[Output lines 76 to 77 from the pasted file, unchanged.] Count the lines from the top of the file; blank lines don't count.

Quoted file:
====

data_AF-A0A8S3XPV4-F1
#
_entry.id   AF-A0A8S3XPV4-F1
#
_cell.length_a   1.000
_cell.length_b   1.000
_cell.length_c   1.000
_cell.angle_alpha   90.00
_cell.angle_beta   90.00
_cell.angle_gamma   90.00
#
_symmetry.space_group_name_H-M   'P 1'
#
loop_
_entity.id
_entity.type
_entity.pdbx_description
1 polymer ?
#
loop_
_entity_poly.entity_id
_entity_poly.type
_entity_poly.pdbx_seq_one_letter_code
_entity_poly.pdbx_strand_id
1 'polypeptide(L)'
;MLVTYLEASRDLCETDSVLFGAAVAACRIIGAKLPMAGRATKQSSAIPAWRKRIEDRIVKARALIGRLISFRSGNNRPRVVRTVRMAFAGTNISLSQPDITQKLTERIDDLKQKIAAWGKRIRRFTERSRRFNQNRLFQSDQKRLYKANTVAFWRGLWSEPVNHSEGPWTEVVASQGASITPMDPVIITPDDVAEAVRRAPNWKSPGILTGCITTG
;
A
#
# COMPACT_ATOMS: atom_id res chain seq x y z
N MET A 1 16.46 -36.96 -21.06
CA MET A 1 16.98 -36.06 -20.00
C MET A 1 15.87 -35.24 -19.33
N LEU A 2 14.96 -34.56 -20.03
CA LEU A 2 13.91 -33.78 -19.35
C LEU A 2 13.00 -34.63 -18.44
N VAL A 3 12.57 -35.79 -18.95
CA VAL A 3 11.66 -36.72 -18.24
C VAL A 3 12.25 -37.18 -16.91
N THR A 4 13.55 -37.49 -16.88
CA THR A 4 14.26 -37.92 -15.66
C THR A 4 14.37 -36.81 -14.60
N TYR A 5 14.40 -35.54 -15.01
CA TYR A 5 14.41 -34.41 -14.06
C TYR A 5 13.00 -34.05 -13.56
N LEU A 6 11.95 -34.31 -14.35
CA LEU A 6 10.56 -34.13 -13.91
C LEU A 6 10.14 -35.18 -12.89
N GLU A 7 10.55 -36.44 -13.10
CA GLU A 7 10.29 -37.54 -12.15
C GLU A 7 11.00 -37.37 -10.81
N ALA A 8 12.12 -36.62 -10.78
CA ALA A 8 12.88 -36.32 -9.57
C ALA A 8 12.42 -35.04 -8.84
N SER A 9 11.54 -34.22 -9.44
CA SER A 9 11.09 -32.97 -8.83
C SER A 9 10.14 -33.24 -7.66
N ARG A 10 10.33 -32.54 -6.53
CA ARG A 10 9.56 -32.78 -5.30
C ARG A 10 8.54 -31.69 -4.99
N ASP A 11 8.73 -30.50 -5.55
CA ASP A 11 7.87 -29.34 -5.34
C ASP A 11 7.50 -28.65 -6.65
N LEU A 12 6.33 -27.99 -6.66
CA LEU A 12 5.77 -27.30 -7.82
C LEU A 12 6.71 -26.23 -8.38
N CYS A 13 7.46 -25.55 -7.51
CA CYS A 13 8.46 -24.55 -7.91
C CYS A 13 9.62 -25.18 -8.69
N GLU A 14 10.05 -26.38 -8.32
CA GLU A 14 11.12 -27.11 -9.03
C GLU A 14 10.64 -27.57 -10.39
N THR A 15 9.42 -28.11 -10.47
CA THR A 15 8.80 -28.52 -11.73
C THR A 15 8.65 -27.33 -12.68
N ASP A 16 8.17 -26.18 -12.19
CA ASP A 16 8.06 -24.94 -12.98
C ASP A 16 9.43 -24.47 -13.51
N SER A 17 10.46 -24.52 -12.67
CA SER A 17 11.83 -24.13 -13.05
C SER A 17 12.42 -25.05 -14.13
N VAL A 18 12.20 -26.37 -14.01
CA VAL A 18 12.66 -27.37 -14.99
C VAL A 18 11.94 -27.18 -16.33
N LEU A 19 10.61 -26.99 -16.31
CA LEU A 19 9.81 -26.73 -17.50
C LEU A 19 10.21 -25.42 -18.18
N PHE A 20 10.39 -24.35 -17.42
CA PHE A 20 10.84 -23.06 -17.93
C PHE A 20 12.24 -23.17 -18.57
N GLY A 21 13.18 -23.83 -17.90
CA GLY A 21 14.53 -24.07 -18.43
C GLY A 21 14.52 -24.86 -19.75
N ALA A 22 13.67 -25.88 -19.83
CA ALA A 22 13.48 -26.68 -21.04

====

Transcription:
N ASP A 16 8.17 -26.18 -12.19
CA ASP A 16 8.06 -24.94 -12.98